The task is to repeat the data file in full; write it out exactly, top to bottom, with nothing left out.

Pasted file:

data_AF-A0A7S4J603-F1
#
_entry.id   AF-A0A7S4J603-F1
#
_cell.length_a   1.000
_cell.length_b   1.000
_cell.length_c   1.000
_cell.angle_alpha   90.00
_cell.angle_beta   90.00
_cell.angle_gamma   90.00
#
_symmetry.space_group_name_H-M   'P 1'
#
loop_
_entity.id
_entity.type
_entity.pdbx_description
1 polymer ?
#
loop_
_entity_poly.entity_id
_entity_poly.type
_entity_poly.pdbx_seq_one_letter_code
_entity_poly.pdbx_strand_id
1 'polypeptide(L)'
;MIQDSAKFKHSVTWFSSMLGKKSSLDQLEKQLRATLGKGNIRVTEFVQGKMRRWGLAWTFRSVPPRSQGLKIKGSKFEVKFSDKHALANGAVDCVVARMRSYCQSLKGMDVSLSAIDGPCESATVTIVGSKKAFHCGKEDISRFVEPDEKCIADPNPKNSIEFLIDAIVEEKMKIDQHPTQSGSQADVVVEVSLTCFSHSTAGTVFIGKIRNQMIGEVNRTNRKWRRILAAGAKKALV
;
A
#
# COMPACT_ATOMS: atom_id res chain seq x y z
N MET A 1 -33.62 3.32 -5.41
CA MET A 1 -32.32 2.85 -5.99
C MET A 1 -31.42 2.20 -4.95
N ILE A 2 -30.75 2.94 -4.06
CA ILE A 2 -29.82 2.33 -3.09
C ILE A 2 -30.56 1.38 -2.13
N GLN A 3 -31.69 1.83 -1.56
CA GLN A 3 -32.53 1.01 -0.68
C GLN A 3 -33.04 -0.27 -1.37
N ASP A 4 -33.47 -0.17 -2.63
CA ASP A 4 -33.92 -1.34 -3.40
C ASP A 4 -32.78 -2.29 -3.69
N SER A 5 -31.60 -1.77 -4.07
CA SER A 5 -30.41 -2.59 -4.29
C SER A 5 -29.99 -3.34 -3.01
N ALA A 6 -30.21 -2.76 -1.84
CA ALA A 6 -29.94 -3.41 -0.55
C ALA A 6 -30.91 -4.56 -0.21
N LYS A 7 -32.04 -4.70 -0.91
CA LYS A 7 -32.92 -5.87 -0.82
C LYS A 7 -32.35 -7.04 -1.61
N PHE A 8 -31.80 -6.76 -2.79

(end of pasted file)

data_AF-A0A7S4J603-F1
#
_entry.id   AF-A0A7S4J603-F1
#
_cell.length_a   1.000
_cell.length_b   1.000
_cell.length_c   1.000
_cell.angle_alpha   90.00
_cell.angle_beta   90.00
_cell.angle_gamma   90.00
#
_symmetry.space_group_name_H-M   'P 1'
#
loop_
_entity.id
_entity.type
_entity.pdbx_description
1 polymer ?
#
loop_
_entity_poly.entity_id
_entity_poly.type
_entity_poly.pdbx_seq_one_letter_code
_entity_poly.pdbx_strand_id
1 'polypeptide(L)'
;MIQDSAKFKHSVTWFSSMLGKKSSLDQLEKQLRATLGKGNIRVTEFVQGKMRRWGLAWTFRSVPPRSQGLKIKGSKFEVKFSDKHALANGAVDCVVARMRSYCQSLKGMDVSLSAIDGPCESATVTIVGSKKAFHCGKEDISRFVEPDEKCIADPNPKNSIEFLIDAIVEEKMKIDQHPTQSGSQADVVVEVSLTCFSHSTAGTVFIGKIRNQMIGEVNRTNRKWRRILAAGAKKALV
;
A
#
# COMPACT_ATOMS: atom_id res chain seq x y z
N MET A 1 -33.62 3.32 -5.41
CA MET A 1 -32.32 2.85 -5.99
C MET A 1 -31.42 2.20 -4.95
N ILE A 2 -30.75 2.94 -4.06
CA ILE A 2 -29.82 2.33 -3.09
C ILE A 2 -30.56 1.38 -2.13
N GLN A 3 -31.69 1.83 -1.56
CA GLN A 3 -32.53 1.01 -0.68
C GLN A 3 -33.04 -0.27 -1.37
N ASP A 4 -33.47 -0.17 -2.63
CA ASP A 4 -33.92 -1.34 -3.40
C ASP A 4 -32.78 -2.29 -3.69
N SER A 5 -31.60 -1.77 -4.07
CA SER A 5 -30.41 -2.59 -4.29
C SER A 5 -29.99 -3.34 -3.01
N ALA A 6 -30.21 -2.76 -1.84
CA ALA A 6 -29.94 -3.41 -0.55
C ALA A 6 -30.91 -4.56 -0.21
N LYS A 7 -32.04 -4.70 -0.91
CA LYS A 7 -32.92 -5.87 -0.82
C LYS A 7 -32.35 -7.04 -1.61
N PHE A 8 -31.80 -6.76 -2.79